The BBC has a video and short article on the history of Shakespeare & Co, the famous Paris bookstore, and the writers who went there in the 1920s.
bbc.com/culture/story/201510 … d-bookshop
I visited there long ago and it struck me as the perfect bookstore, cluttered with books of all sorts. If you’ve been there, what did you think?
I saw the exterior of the bookshop a couple of years ago. But the person I was with knew my habit if permitted of spending hours in old bookshops (“fossicking” is the term used by a friend in a book title), and wouldn’t let me enter.
A second disincentive was that I understood then - and still believe to be true - that this is not the original Shakespeare and Company shop patronised by Pound, Hemingway and F. Scott Fitzgerald in the 20s. That closed during the Second World War, and never re-opened. It is however the one patronised by the Beat Poets in the 50s.
A couple times, I slept in the hotel over the current shop (Esmeralda, maybe?). I heard the place was much loved by Serge Gainsbourg, and the hotel attendant was William Dafoe (at least, he looked exactly like him). Last time I was in Paris, a few months ago, the hotel was closed, probably for renovation.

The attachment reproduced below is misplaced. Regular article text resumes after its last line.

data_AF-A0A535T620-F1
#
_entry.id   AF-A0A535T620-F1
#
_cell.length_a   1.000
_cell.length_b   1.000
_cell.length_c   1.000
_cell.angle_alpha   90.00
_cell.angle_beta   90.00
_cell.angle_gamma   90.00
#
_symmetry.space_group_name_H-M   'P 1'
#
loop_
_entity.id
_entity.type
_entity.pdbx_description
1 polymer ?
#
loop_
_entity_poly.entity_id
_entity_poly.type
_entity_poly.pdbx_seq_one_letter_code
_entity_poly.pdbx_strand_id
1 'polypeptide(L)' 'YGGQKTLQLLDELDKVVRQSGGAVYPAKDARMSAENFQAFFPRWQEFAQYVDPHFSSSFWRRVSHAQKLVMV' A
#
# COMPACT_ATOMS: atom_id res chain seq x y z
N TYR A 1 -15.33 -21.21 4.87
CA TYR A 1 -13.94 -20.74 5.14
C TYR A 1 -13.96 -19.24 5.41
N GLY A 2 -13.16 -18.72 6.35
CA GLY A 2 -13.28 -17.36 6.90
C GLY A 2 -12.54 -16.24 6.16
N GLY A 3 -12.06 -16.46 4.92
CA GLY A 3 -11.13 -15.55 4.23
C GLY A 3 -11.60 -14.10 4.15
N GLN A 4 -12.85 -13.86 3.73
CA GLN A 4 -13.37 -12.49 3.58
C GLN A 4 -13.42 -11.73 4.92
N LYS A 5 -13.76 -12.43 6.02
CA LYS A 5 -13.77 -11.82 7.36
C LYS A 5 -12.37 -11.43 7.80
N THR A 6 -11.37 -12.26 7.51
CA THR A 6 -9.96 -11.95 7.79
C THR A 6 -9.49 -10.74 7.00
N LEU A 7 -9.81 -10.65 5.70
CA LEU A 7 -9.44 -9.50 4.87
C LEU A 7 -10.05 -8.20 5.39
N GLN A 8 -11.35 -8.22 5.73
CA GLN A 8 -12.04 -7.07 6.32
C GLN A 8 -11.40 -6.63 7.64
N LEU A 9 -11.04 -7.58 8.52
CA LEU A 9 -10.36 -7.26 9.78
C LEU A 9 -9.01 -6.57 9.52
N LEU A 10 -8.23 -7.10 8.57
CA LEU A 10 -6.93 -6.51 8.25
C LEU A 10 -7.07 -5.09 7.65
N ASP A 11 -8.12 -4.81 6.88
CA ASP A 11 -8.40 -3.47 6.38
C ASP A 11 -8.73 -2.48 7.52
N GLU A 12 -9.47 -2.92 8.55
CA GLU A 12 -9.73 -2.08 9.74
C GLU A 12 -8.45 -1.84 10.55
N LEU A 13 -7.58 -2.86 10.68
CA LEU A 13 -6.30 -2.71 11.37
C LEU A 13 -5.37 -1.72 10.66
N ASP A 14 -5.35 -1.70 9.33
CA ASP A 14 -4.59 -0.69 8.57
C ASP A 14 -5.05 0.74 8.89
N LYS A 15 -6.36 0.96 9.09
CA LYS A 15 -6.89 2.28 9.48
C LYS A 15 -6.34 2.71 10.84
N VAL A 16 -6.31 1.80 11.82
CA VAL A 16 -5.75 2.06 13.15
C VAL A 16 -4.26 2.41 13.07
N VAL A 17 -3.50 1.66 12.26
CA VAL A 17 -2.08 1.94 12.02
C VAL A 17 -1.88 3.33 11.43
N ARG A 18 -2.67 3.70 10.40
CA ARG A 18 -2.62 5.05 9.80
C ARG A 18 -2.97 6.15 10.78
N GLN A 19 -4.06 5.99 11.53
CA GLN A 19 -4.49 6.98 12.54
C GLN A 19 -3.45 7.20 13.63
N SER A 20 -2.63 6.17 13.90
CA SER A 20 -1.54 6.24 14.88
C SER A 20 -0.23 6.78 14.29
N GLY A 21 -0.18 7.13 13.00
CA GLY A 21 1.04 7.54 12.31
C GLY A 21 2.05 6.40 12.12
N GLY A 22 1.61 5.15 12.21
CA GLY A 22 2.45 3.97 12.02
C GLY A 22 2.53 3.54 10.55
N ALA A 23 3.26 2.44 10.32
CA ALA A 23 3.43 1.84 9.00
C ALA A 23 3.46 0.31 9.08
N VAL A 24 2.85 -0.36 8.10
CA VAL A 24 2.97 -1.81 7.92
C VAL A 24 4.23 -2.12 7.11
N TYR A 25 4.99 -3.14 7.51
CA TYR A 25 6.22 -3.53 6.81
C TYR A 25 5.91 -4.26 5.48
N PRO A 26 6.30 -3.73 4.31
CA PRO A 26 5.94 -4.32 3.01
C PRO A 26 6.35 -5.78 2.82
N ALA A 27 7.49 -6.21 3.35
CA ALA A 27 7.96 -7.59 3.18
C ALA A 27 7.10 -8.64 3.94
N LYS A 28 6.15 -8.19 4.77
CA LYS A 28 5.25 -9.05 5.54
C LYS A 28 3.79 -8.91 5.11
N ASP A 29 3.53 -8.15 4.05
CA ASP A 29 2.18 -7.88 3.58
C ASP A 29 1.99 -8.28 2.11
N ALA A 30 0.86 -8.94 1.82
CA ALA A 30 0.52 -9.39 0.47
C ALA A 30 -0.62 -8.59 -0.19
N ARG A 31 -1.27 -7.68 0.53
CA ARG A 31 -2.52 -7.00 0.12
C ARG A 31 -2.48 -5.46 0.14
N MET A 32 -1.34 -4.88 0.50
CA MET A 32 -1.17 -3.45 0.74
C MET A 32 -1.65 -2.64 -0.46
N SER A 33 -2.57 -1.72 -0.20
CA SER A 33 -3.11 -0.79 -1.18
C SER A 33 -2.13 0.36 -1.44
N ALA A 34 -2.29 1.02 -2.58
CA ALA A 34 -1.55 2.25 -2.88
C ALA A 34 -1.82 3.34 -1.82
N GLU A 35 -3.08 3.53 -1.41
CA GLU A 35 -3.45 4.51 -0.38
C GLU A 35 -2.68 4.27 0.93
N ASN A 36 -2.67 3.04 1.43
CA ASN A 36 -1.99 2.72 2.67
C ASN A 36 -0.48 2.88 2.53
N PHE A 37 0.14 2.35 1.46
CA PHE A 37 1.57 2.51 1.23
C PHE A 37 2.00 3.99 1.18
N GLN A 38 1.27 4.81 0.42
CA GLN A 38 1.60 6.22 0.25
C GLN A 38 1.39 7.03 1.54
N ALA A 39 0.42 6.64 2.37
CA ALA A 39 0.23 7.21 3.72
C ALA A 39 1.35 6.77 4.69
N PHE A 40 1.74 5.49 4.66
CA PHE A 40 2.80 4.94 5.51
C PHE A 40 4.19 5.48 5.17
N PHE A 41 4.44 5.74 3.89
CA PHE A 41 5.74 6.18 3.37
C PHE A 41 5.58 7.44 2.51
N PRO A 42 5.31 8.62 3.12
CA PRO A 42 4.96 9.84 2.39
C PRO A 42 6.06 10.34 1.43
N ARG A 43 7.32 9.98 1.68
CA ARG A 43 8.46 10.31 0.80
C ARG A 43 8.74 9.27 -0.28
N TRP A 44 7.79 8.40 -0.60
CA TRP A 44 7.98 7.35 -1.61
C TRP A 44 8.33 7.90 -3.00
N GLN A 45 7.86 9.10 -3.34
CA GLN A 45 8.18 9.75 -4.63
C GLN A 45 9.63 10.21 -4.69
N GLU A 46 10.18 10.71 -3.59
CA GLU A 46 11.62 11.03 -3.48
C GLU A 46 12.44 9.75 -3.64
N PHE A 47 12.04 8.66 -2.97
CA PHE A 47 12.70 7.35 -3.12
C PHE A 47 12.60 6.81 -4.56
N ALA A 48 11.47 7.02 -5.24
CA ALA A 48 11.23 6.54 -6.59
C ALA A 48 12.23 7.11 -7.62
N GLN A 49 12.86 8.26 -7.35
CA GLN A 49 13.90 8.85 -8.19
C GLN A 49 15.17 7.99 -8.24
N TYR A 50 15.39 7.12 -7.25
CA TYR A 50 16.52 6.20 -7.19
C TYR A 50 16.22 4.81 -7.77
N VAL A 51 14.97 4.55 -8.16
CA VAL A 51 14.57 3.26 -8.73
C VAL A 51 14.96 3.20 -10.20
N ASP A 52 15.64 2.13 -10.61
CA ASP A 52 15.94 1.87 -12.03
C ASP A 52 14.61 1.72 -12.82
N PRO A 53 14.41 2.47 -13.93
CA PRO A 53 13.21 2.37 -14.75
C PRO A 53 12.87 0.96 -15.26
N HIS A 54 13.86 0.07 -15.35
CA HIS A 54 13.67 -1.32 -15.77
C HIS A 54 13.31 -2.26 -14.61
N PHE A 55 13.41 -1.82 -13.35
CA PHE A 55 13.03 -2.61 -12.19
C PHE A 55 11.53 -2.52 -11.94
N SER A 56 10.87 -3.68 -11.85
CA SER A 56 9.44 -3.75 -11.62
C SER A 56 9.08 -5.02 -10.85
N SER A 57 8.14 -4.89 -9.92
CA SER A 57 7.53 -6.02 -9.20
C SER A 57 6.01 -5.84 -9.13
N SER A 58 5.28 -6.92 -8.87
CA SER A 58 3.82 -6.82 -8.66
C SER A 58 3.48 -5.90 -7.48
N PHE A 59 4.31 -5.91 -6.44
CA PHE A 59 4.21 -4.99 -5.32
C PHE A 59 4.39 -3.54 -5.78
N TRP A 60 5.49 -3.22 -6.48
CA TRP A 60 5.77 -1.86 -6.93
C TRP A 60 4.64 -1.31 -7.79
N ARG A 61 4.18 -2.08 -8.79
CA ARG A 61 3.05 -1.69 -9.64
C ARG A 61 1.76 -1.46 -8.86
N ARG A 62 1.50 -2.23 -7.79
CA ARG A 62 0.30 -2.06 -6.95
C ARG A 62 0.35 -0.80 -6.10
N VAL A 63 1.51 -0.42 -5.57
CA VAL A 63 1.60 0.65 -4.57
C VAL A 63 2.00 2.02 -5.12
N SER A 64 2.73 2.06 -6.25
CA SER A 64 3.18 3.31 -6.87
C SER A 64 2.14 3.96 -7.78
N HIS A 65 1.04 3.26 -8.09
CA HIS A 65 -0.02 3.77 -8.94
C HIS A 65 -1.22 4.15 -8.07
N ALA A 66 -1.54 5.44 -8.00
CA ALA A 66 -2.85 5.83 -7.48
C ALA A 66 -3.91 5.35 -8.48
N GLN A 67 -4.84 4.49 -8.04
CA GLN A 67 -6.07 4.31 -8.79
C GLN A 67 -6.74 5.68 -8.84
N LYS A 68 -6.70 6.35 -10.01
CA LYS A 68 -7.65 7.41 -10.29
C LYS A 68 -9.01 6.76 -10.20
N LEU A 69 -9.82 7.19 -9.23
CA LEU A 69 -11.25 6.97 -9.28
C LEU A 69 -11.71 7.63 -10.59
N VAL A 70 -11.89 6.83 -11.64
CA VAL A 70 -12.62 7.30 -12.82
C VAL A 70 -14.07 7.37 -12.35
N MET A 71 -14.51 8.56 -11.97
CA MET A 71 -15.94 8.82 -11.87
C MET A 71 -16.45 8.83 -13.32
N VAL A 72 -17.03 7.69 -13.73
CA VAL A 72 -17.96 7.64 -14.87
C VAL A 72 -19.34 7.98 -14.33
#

The bookshop is lovely and in a lovely place, probably in the most iconic place of a non-totally-predictable-touristic Paris (between Notre-Dame and the Quartier Latin, with the Tour Eiffel not in sight). Not far from there there is a small square with a tree in the middle, and under it a bench where to sit reading. Sometimes, the bookstore exposes some shelves with used books in front of their door; I guess I purchased there my Laforgue and Villon in some very aged editions.
I’m not sure, however, the current shop is the one where the British and American writers met, at the age of Sylvia Beach.
It’s interesting to compare this bookstore with Ferlinghetti’s City Lights in San Francisco. As packed and apprently casual is the former, as clean and rational appears the latter. Maybe they represent quite well the town they are hosted into?
Many thanks for the recommendation of the small square with the tree in the middle.